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No Fun

I hope everyone out there had a great Thanksgiving last week!

Here in California, it's been pretty slow in the Wong Lab. Things are getting pretty cool here (by California standards) and here in the picture, you can see our Tifway-II is pretty much headed into full dormancy in Riverside with our soil temps in the mid-50s. My PhD. student, Chi-Min Chen, and undergrad lab assistant (Erica Serna) are helping me inoculate plots with Ophiosphaerella korrae - one of the causal agents of spring dead spot. I heard the comment of 'this is no fun' a few times this morning which reminded me of a joke my mom told me when I was a kid. It kinda goes something like this:

Q: "What was the name of the first Chinese test-tube baby?"
A: "No-fun Son"
(apologies to the defenders of political correctness out there)

For those who didn't get that maybe this will help:

The 'maladie de la semaine' continues to be rapid blight on annual bluegrass greens - temperatures in the 60s-80s and a lack of substantial rainfall is allowing salts to continue to accumulate and cause conditions that favor rapid blight.The half-inch of rain that we got in parts of California last week didn't help much in knocking salts & sodium down, e.g. we need substantial or consistent rain to help us flush out the last several months of sodium accumulation on greens.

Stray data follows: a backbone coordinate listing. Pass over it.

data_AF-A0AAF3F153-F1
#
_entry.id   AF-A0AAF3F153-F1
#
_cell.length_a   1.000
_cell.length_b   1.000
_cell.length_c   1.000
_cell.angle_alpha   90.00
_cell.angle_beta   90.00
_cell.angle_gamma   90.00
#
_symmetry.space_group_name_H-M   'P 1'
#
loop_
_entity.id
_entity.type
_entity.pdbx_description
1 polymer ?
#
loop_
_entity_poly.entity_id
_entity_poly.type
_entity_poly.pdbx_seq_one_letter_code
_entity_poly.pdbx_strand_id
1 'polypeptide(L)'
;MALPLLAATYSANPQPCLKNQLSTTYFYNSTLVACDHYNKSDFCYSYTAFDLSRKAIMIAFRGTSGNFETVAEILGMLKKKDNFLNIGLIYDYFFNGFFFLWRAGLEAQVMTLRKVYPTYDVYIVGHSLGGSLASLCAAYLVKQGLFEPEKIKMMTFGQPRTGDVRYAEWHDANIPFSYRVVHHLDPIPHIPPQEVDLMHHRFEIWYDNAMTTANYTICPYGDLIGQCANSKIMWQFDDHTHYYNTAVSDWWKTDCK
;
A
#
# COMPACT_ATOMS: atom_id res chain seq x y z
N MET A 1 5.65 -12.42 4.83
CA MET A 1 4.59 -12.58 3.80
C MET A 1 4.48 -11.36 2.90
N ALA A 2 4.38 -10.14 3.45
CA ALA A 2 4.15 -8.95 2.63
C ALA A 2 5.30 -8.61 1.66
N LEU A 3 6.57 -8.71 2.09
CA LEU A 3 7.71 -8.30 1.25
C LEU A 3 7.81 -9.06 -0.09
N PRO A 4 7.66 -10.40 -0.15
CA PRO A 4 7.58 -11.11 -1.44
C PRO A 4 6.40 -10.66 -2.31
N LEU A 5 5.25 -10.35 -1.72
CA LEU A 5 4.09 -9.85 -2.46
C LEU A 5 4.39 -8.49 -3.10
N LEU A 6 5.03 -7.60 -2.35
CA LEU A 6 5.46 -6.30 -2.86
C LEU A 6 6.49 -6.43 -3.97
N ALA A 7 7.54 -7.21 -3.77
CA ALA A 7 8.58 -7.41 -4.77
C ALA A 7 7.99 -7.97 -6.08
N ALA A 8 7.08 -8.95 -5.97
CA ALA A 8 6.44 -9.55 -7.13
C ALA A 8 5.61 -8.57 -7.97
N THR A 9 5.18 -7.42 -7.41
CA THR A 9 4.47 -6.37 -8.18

However, we're expecting some rain and showers, especially in northern and central California starting this weekend /early next week and lasting for a few days. That's great news as far as knocking down salts but bad news as far as Microdochium patch/pink snow mold.With a few days of moisture and daytime temps < 65F, we'll likely see some pinkie firing on annual bluegrass. If you don't already have a preventive fungicide application down, it'd be a good idea to squeeze one out before the showers and rain start in the next few days.

Signing Off from the Left Coast Until Next Week....

One response to “No Fun”

Leah Brilman said...

Hi Frank,

I was in CA this week. Central Valley, Bakersfield to Visalia and over to Morro Bay, Santa Maria. The hills look about like they did for the drought of 1973 -1976 (dry and overgrazed with no green yet). However, the population in the state has gone from about 23 million to 38 million in that time. No wonder water is such a pressing problem.

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